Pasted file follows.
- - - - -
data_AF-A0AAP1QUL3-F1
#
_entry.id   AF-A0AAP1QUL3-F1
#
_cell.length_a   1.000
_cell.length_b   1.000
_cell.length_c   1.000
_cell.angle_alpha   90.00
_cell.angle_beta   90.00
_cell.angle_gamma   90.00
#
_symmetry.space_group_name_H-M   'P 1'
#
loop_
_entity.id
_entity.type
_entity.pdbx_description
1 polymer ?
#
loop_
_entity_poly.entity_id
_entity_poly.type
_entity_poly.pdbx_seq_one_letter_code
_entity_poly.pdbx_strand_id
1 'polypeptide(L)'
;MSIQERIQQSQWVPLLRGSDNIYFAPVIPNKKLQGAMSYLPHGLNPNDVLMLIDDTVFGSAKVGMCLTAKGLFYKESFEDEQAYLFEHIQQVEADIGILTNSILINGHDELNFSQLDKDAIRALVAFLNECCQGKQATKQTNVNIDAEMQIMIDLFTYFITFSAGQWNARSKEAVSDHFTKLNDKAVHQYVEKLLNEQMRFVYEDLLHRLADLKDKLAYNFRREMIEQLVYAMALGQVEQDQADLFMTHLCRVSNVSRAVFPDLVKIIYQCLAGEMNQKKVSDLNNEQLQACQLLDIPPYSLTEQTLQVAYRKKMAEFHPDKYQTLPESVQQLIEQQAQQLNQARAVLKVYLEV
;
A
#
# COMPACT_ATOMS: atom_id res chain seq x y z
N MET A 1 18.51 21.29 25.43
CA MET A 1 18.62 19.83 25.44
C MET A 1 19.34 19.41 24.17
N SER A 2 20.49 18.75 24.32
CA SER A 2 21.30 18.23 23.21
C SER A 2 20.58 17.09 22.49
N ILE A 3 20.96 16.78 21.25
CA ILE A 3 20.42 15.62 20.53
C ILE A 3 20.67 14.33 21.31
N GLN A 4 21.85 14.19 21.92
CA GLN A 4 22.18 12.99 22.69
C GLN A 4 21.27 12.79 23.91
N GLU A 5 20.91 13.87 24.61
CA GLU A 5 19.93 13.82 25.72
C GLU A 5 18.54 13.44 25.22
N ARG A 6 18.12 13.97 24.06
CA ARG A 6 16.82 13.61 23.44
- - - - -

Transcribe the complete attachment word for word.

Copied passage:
data_AF-A0AAP1QUL3-F1
#
_entry.id   AF-A0AAP1QUL3-F1
#
_cell.length_a   1.000
_cell.length_b   1.000
_cell.length_c   1.000
_cell.angle_alpha   90.00
_cell.angle_beta   90.00
_cell.angle_gamma   90.00
#
_symmetry.space_group_name_H-M   'P 1'
#
loop_
_entity.id
_entity.type
_entity.pdbx_description
1 polymer ?
#
loop_
_entity_poly.entity_id
_entity_poly.type
_entity_poly.pdbx_seq_one_letter_code
_entity_poly.pdbx_strand_id
1 'polypeptide(L)'
;MSIQERIQQSQWVPLLRGSDNIYFAPVIPNKKLQGAMSYLPHGLNPNDVLMLIDDTVFGSAKVGMCLTAKGLFYKESFEDEQAYLFEHIQQVEADIGILTNSILINGHDELNFSQLDKDAIRALVAFLNECCQGKQATKQTNVNIDAEMQIMIDLFTYFITFSAGQWNARSKEAVSDHFTKLNDKAVHQYVEKLLNEQMRFVYEDLLHRLADLKDKLAYNFRREMIEQLVYAMALGQVEQDQADLFMTHLCRVSNVSRAVFPDLVKIIYQCLAGEMNQKKVSDLNNEQLQACQLLDIPPYSLTEQTLQVAYRKKMAEFHPDKYQTLPESVQQLIEQQAQQLNQARAVLKVYLEV
;
A
#
# COMPACT_ATOMS: atom_id res chain seq x y z
N MET A 1 18.51 21.29 25.43
CA MET A 1 18.62 19.83 25.44
C MET A 1 19.34 19.41 24.17
N SER A 2 20.49 18.75 24.32
CA SER A 2 21.30 18.23 23.21
C SER A 2 20.58 17.09 22.49
N ILE A 3 20.96 16.78 21.25
CA ILE A 3 20.42 15.62 20.53
C ILE A 3 20.67 14.33 21.31
N GLN A 4 21.85 14.19 21.92
CA GLN A 4 22.18 12.99 22.69
C GLN A 4 21.27 12.79 23.91
N GLU A 5 20.91 13.87 24.61
CA GLU A 5 19.93 13.82 25.72
C GLU A 5 18.54 13.44 25.22
N ARG A 6 18.12 13.97 24.06
CA ARG A 6 16.82 13.61 23.44